On December 9, the volume of visible advertising on the Internet was significantly reduced for more than three hours. The reason for this was a failure of Google’s Ad Manager. The cause of the failure is as yet unknown; Google’s market power, on the other hand, has become very strikingly visible.
Failure fixed in the meantime
Ad delivery via the Ad Manager was not possible for just over three hours. As a result, ad slots on numerous websites remained unoccupied. The appearance of the websites changed accordingly. A number of very well-known sites were also affected, such as those of the New York Times, the Washington Post and the Wall Street Journal. Google confirmed shortly afterwards that there had been a technical malfunction. A little more than three hours after the start of the malfunction, it was resolved, which Google announced on Twitter. No details have yet been provided on the cause of the disruption.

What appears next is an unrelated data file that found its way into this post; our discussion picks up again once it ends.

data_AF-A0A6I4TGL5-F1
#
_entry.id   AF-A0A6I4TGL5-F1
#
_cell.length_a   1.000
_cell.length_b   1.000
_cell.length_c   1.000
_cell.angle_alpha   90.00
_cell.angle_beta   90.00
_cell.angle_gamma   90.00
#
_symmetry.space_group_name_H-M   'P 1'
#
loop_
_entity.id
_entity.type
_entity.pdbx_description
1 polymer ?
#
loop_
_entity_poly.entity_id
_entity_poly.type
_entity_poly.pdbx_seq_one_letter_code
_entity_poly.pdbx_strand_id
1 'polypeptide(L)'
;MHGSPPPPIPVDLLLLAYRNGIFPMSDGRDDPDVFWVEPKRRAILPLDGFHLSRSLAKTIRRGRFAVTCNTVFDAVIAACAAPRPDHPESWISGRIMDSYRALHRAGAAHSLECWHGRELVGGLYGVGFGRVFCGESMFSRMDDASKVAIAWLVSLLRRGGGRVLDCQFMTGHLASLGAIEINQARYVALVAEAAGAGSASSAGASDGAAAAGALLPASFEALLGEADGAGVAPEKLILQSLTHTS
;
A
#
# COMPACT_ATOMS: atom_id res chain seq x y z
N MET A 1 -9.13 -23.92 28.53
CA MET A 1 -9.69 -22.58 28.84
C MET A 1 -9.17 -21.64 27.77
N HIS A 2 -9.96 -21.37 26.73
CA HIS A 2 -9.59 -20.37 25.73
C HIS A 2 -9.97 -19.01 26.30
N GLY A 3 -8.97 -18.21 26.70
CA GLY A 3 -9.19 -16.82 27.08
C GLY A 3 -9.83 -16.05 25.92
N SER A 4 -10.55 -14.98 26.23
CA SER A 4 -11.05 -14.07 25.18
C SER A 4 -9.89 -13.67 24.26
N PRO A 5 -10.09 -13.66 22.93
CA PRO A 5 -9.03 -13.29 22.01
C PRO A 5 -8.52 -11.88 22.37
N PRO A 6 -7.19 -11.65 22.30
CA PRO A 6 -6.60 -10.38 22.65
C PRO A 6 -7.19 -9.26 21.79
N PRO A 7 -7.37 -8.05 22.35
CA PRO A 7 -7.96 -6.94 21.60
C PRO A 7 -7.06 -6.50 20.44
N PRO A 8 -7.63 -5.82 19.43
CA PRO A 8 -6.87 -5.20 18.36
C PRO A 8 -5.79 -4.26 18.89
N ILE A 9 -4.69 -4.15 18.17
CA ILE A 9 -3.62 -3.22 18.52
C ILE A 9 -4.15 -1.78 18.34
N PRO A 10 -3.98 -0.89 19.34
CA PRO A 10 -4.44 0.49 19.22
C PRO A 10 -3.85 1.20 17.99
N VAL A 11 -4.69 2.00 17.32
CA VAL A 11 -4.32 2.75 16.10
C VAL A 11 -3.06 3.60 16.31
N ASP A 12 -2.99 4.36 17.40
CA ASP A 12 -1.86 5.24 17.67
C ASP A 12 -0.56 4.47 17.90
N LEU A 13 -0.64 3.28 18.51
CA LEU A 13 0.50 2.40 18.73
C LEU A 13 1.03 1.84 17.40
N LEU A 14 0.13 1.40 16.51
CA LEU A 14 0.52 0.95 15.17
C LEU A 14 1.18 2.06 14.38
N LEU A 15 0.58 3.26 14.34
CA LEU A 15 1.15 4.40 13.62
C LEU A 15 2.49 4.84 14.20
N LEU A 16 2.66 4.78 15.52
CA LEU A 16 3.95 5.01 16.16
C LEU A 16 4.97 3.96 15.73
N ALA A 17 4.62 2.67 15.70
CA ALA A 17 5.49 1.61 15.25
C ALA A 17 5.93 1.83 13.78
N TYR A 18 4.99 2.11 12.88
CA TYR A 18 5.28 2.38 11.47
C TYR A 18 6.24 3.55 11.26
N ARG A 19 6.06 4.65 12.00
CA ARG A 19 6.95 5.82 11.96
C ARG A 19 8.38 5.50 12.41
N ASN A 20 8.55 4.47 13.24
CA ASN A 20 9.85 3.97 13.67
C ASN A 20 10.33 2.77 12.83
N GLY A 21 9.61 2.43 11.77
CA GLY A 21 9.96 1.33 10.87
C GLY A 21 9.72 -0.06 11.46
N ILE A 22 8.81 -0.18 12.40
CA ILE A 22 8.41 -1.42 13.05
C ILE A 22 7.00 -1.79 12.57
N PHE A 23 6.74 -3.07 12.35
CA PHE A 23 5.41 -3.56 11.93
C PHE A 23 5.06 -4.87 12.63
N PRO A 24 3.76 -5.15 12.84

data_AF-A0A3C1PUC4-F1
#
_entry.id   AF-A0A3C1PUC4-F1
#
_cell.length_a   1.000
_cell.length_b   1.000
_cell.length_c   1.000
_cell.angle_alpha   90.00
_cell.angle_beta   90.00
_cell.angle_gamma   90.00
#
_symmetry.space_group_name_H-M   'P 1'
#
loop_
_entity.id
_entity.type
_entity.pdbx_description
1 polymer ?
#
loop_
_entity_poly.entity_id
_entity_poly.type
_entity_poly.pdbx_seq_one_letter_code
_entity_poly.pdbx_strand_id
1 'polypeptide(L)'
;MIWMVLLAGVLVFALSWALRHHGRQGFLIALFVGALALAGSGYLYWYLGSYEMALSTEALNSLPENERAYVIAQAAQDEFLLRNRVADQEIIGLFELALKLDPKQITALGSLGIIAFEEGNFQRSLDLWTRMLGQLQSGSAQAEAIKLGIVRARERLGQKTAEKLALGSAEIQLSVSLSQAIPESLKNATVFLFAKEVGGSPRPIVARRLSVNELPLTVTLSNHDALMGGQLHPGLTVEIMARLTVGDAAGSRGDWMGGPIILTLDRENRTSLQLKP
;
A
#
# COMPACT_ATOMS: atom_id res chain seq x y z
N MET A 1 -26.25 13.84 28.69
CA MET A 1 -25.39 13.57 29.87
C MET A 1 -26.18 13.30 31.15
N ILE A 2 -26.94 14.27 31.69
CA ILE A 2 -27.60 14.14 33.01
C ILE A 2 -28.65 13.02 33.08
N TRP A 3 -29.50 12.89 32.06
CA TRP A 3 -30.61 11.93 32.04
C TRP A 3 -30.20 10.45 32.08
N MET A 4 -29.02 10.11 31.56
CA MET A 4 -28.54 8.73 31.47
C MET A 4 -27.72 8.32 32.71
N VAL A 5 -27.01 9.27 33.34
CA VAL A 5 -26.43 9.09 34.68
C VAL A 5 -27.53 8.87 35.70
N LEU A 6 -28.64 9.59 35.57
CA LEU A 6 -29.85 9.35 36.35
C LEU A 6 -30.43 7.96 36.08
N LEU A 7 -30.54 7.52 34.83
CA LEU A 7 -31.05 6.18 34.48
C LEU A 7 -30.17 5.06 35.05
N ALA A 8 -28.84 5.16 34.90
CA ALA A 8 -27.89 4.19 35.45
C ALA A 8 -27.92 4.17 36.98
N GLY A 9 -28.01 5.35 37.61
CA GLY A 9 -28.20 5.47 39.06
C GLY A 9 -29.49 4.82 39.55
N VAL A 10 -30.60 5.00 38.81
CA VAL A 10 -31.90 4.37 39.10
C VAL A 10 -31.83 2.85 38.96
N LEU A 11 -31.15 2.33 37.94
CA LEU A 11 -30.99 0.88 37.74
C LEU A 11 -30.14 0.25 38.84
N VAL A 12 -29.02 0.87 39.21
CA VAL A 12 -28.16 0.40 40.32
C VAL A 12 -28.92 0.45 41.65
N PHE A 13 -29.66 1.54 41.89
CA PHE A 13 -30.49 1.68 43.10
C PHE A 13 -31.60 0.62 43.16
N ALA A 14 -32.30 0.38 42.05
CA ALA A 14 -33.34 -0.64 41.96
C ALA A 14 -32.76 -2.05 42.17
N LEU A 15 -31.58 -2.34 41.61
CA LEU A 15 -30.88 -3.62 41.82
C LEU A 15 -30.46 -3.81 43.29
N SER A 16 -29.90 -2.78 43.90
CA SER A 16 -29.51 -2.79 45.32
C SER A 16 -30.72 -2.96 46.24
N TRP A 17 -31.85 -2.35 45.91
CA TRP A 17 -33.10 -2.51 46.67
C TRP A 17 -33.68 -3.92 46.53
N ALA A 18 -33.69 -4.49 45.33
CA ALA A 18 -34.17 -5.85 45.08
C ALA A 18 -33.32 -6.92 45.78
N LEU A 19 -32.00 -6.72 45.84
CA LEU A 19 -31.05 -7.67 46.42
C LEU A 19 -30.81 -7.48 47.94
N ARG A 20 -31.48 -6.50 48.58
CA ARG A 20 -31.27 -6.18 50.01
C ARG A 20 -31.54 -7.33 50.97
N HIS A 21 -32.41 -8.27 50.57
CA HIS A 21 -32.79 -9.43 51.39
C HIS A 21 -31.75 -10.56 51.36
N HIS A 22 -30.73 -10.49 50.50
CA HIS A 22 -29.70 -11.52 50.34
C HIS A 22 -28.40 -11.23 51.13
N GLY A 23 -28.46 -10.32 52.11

Failed test in the run-up
In the run-up to the current malfunction, there had already been a failed test at Google, which also led to malfunctions of the Ad Manager. In the course of this, yellow triangles were delivered instead of traditional ads, which carried no advertising message. In some cases, exorbitant sums were offered for these triangle ads, which brought individual publishers revenues of more than 100,000 US dollars in just 45 minutes. In retrospect, it turned out that Google originally wanted to test a function in the Australian version of the Ad Manager, which was also accidentally released in the US version. Publishers get to keep the revenue from the failed test.
Google’s market power clearly evident
The current failure besides clearly shows Google’s market power in the field of online advertising. Almost all major platforms that are (also) ad-supported work with Google’s platform to mediate ads. This dominance and quasi-monopoly position is the subject of several competition proceedings against Google. For example, the Federal Cartel Office is investigating Google.